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Article written and published online, by the FDIN
When it comes to packaging, we need to take a step back and think about how we approach innovation in the first place.
What problem are you trying to solve, and what benefits are you trying to deliver?
It’s about taking time to understand where the real opportunity lies, which is where the food and drink sector has sometimes struggled.
I hear the same story and see the same reaction from consumers. A lot of packaging in this sector is still hard to open, still not re-sealable, still not recyclable enough. Then you have the retailers…there is still a lot of work to be done in utilising more recyclable packaging. Where is the corporate social responsibility in all this?
Also, food and drink is a heavily commoditised sector and there is a lot of risk. The margins are very small and that’s why there’s sometimes not as much innovation in packaging as there is in other sectors. There’s very little price elasticity, and not much room to manoeuvre. So there’s only so much you can do.
We are sometimes approached by companies wanting us to help them create something because they’ve seen a trend, but they’re not necessarily thinking about what’s right for their customers, or how to grow their brands and their categories.
There has to be a holistic approach, which uses a lot more consumer insight at the beginning, and then employs the right people to translate the research into design and through development.
There are often challenges linked to the way organisations are structured. In many global companies, joined up communication can be very difficult, particularly for multi-region or global projects. The bureaucracy, departmental politics and an unified vision can be a barriers to getting things done. I’m not saying it’s a problem without a solution though and, looking on the bright side, I think things are changing.
When food and drink clients come to us now they are more willing than ever before to sit down and listen and try to understand – and that’s a very positive step. Many of them have restructured their businesses now to have front-end innovation teams. And that in itself is proof that they understand there is a need to change.
However, they don’t necessarily have the resources to implement the optimum processes, which is where businesses like ours come in and can help.
What has sometimes happened in the past is that people go crazy about the latest trends and want to adopt something new in their business, then decisions are made in very subjective ways, without supporting evidence.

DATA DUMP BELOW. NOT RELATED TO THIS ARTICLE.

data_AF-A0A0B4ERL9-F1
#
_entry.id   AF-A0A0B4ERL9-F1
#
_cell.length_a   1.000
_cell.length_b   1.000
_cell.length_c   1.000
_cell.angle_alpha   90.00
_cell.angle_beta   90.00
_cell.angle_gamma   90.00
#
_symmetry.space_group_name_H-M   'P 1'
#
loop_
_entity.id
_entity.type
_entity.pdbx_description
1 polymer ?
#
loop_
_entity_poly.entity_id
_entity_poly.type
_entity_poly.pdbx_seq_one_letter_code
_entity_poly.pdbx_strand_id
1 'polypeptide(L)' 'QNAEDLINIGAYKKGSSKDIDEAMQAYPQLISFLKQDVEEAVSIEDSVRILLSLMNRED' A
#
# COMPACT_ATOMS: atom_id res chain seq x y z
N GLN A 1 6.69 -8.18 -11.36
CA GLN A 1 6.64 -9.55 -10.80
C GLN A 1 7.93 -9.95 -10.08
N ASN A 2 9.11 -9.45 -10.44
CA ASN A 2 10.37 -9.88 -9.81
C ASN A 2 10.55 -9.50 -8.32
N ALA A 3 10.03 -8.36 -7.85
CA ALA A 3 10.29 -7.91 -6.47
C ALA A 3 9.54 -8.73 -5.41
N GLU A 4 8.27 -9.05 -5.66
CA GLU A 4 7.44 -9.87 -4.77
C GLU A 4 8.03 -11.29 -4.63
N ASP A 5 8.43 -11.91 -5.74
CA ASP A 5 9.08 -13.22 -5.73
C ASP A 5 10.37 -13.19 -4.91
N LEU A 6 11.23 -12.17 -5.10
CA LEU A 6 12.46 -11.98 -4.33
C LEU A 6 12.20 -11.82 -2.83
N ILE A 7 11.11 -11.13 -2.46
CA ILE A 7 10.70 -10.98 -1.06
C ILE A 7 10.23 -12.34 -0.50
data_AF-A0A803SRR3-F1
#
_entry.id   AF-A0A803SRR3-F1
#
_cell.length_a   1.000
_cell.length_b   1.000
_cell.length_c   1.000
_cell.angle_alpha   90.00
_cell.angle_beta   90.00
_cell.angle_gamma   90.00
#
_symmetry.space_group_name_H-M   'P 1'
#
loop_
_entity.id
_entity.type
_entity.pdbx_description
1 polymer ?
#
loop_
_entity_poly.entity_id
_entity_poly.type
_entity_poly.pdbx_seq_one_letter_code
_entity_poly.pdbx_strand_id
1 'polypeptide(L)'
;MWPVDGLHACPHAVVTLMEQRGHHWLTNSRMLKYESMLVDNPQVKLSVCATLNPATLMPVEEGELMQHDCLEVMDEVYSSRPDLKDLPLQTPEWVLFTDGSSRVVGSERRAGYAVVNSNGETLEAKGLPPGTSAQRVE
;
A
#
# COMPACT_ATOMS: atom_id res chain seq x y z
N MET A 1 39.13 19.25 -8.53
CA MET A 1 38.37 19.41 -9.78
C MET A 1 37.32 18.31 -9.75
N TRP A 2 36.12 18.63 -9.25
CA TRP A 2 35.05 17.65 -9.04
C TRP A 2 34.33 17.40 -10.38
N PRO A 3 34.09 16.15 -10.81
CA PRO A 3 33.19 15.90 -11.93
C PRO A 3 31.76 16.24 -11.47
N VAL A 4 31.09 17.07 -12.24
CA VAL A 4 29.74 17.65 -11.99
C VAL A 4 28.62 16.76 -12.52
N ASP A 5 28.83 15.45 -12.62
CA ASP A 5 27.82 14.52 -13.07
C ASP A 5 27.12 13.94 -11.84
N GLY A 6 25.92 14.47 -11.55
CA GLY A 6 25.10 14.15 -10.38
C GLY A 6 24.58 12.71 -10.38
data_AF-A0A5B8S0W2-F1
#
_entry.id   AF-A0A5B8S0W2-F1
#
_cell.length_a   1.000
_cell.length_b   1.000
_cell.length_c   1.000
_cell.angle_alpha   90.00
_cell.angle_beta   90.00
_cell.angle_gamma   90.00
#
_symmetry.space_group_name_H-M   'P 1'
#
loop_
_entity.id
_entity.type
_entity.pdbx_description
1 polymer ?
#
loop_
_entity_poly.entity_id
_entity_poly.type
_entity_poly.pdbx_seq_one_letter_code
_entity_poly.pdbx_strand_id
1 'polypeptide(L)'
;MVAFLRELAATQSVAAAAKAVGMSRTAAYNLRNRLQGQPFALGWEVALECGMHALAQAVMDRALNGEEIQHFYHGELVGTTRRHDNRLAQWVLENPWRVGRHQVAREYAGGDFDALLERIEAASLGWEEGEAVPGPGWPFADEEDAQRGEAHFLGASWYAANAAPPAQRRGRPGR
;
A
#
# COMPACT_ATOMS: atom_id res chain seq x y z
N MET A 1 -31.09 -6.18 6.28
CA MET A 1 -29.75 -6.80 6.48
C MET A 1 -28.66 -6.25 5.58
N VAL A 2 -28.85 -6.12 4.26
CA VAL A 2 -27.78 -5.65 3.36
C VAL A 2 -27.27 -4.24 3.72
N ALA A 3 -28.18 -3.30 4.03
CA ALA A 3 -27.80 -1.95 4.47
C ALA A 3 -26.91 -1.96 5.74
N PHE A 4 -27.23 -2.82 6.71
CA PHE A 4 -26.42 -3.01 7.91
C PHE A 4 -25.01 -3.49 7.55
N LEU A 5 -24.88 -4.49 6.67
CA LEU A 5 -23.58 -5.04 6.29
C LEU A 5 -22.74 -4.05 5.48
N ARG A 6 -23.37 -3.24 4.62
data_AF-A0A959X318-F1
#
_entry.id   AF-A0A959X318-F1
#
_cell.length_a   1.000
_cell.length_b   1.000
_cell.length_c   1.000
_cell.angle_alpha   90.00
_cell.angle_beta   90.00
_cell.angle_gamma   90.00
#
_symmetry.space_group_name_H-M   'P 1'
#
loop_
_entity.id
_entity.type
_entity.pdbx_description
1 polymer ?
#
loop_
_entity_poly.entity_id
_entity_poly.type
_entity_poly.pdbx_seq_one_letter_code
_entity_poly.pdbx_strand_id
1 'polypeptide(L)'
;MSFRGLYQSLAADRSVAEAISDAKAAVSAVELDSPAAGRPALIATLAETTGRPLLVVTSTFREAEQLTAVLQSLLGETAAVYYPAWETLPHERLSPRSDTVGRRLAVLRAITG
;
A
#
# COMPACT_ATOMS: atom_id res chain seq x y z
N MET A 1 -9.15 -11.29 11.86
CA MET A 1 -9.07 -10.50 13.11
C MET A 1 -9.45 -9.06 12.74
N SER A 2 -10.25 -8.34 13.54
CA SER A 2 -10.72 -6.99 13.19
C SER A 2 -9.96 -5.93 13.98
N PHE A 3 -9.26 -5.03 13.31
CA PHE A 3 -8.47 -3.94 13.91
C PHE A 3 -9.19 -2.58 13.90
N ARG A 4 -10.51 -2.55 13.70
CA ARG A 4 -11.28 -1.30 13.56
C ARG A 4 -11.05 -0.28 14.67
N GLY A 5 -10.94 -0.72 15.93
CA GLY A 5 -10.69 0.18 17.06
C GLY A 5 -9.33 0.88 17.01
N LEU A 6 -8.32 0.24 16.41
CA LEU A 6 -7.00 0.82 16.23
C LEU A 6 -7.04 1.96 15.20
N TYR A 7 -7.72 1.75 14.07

Ideas may be developed, then they undergo several iterations, and lots of financial resource is committed only to find later that they’ve been doing the wrong thing and there’s no room in the market for what they’re developing.
But, because they’ve already committed resource they have to find a way of pushing it. If they had invested earlier in really understanding the opportunity, then money and time could have been saved. What’s needed at the early stage is a thorough, solution -agnostic approach.
Knowing when to bring in your consumer insight tools is really important. If you develop lots of ideas, then bringing the consumer in to tell you if they like them, well, that’s a little bit too late.
Personal care is another sector where things do change and there is quite a lot of innovation in packaging. Take shampoo: there’s lots of development there all the time, whether it’s the opening and closing mechanics, the texture, the shape.
Dove changes it’s structural packaging regularly. And that frequency is incomprehensible to other sectors. It’s about knowing that they have to reward and retain their customers – and that you don’t necessarily have to change the formulation of the product to do that (which is often a more expensive exercise than changing the packaging.)
And a brand like Dove wants to attract new people to the category and the brand. If you want to grow your customer base then you need you need to invest, and packaging is an obvious way to do that.
Lynx also innovate regularly because they understand that the whole experience of the brand is wrapped up in their packaging. And that’s a whole different mentality from what happens – all to often – in food.
It’s unbelievable that we can still buy food in a can that doesn’t have a ring pull! But this is partly about the value that the consumer applies to the category. With personal care it is different as we’re all prepared to pay a bit more for something that makes us feel clean and beautiful. There is a lot more emotionality in that category than there is in food.
Where is the innovation in food and drink in packaging?....Read the full story on the FDIN website here
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